Tuesday, March 27, 2007

Christ Remnant Church

Fundamental Beliefs For Christ Remnant Church:
The Word of God
The Holy Scriptures, Old and New Testaments, are the written Word of God, given by divine inspiration through holy men of God who spoke and wrote as they were moved by the Holy Spirit. In this Word, God has committed to people the knowledge necessary for salvation. The Holy Scriptures are the infallible revelation of His will. They are the standard of character, the test of experience, the authoritative revealer of doctrines, and the trustworthy record of God's acts in history.
Biblical references: 2 Peter 1:20, 21; 2 Timothy 3:16, 17; Psalms 119:105; Proverbs 30:5, 6; Isa. 8:20; John 17:17; 1 Thess. 2:13; Hebrews 4:12.)
The Godhead
There is one God: Father, Son, and Holy Spirit, a unity of three co-eternal Persons. God is immortal, all-powerful, all-knowing, above all, and ever present. He is infinite and beyond human comprehension, yet known through His self-revelation. He is forever worthy of worship, adoration, and service by the whole creation.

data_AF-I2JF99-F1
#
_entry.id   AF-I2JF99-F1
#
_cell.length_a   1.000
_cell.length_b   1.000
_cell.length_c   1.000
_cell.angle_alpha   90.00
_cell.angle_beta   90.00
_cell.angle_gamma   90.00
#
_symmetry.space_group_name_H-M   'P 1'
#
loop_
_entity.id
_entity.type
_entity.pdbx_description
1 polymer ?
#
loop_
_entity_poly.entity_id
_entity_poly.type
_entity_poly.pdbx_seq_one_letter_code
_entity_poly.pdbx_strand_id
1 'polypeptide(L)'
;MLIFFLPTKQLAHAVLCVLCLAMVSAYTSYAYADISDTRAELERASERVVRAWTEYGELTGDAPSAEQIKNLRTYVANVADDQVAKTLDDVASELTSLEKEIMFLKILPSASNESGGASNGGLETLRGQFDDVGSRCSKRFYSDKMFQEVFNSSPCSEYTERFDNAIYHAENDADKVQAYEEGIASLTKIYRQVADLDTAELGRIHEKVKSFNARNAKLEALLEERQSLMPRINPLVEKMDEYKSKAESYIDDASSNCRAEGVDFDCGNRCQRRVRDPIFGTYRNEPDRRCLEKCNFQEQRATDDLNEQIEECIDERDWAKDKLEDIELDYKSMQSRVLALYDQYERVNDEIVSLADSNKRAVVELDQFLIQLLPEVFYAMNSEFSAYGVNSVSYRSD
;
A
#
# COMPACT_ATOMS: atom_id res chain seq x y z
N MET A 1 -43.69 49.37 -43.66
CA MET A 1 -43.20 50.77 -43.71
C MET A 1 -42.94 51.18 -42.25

Biblical references:Deut. 6:4; Matt. 28:19; 2 Cor. 13:14; Eph. 4:4-6; 1 Peter 1:2; 1 Tim. 1:17; 1John 5:7; Rev. 14:7.)
God The Father
God the eternal Father is the Creator, Source, Sustainer, and Sovereign of all creation. He is just and holy, merciful and gracious, slow to anger, and abounding in steadfast love and faithfulness. The qualities and powers exhibited in the Son and the Holy Spirit are also revelations of the Father.
Biblical references: Genesis 1:1; Revelation 4:11; 1 Corinthians 15:28; John 3:16; 1 John 4:8; 1 Timothy 1:17; Ex. 34:6, 7; John 14:9.)
God The Son